God is one, unified, without parts or passions. That is the message Thomas H. McCall elaborates, defends, and applies across four chapters of his book Forsaken: The Trinity and the Cross, and Why It Matters (IVP Academic, 2012), with each of these chapters focusing on some aspect of Christ’s work on the cross. McCall quotes the church fathers and the modern liberals, but always supports the traditional view, showing its relevance to the redemption purchased by Christ.
In what sense did Christ quote Psalm 22, “My God, my God, why have you forsaken me?” McCall teaches that though Christ did indeed bear the Father’s wrath, the Triunity of God was not broken. Christ died according to His human nature, but His divinity was not killed. Furthermore, God did not kill His Son. Humans killed Christ, and humans are the beneficiaries of His work.
McCall also addresses the misconception that God loves His people because of Jesus’ death. Instead of this view, he teaches that Jesus’ death is the primary evidence that God already loved His own long before Christ actually died. He showed His love on Golgotha. Finally, Forsaken explains how Christ “became sin” for us: He served as a sin offering, one given to propitiate the Father’s wrath.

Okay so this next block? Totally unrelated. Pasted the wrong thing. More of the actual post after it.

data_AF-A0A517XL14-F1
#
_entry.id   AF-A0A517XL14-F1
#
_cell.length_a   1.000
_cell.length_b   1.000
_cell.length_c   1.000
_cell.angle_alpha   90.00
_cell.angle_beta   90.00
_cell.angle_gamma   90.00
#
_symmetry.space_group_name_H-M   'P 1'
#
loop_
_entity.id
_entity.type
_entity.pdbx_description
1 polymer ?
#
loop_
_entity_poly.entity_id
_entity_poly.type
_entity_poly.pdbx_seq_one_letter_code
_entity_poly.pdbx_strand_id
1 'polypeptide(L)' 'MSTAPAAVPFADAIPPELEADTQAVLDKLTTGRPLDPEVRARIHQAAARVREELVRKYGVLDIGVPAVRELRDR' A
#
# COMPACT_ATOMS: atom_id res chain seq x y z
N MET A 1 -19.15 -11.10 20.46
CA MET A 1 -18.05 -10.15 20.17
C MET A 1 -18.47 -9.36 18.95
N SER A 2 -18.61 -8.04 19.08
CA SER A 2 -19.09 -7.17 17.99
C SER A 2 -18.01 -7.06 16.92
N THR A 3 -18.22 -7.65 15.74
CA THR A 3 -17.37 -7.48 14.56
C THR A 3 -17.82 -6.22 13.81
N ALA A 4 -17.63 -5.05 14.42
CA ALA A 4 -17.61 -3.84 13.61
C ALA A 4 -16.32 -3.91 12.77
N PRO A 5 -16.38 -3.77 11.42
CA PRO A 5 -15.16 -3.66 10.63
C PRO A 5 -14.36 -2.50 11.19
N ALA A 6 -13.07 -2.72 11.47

Though narrow in scope, Forsaken addresses several common misconceptions in the American church. It does not provide a complete theology of the cross, the Trinity, or the atonement—but it fills in the gaps and explains how those doctrines interact with each other.
Though it comes from an academic press, it is actually a work of popular theology. McCall ends with a moving epilogue about his own earthly father’s death in the light of the foregoing four chapters of theological truth. Time after time, this book combines the theological with the practical, consistently delivering (as the title promises) “why it matters.”